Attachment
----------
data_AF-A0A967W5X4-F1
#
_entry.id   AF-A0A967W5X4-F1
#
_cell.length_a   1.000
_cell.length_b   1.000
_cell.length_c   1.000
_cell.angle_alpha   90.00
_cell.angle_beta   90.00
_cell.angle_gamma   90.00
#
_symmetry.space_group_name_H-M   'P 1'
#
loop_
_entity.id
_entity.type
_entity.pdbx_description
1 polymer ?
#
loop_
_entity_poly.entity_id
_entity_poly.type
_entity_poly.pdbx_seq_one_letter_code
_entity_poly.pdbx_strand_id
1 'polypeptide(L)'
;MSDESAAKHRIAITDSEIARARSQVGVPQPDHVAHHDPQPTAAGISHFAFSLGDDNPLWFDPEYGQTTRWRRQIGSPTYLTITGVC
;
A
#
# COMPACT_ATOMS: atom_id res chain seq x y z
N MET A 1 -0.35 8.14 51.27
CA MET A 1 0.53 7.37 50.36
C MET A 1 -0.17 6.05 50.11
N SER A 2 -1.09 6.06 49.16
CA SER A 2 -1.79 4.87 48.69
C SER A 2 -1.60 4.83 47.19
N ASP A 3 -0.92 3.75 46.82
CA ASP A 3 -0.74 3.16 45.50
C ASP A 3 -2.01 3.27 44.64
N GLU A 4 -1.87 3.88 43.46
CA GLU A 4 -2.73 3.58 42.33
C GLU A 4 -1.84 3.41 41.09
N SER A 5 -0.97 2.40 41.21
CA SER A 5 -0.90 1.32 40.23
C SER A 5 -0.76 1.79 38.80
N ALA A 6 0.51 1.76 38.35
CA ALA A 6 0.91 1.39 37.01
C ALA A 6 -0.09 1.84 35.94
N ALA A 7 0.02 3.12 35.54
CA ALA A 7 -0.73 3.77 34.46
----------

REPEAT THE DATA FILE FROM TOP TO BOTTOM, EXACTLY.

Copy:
data_AF-A0A967W5X4-F1
#
_entry.id   AF-A0A967W5X4-F1
#
_cell.length_a   1.000
_cell.length_b   1.000
_cell.length_c   1.000
_cell.angle_alpha   90.00
_cell.angle_beta   90.00
_cell.angle_gamma   90.00
#
_symmetry.space_group_name_H-M   'P 1'
#
loop_
_entity.id
_entity.type
_entity.pdbx_description
1 polymer ?
#
loop_
_entity_poly.entity_id
_entity_poly.type
_entity_poly.pdbx_seq_one_letter_code
_entity_poly.pdbx_strand_id
1 'polypeptide(L)'
;MSDESAAKHRIAITDSEIARARSQVGVPQPDHVAHHDPQPTAAGISHFAFSLGDDNPLWFDPEYGQTTRWRRQIGSPTYLTITGVC
;
A
#
# COMPACT_ATOMS: atom_id res chain seq x y z
N MET A 1 -0.35 8.14 51.27
CA MET A 1 0.53 7.37 50.36
C MET A 1 -0.17 6.05 50.11
N SER A 2 -1.09 6.06 49.16
CA SER A 2 -1.79 4.87 48.69
C SER A 2 -1.60 4.83 47.19
N ASP A 3 -0.92 3.75 46.82
CA ASP A 3 -0.74 3.16 45.50
C ASP A 3 -2.01 3.27 44.64
N GLU A 4 -1.87 3.88 43.46
CA GLU A 4 -2.73 3.58 42.33
C GLU A 4 -1.84 3.41 41.09
N SER A 5 -0.97 2.40 41.21
CA SER A 5 -0.90 1.32 40.23
C SER A 5 -0.76 1.79 38.80
N ALA A 6 0.51 1.76 38.35
CA ALA A 6 0.91 1.39 37.01
C ALA A 6 -0.09 1.84 35.94
N ALA A 7 0.02 3.12 35.54
CA ALA A 7 -0.73 3.77 34.46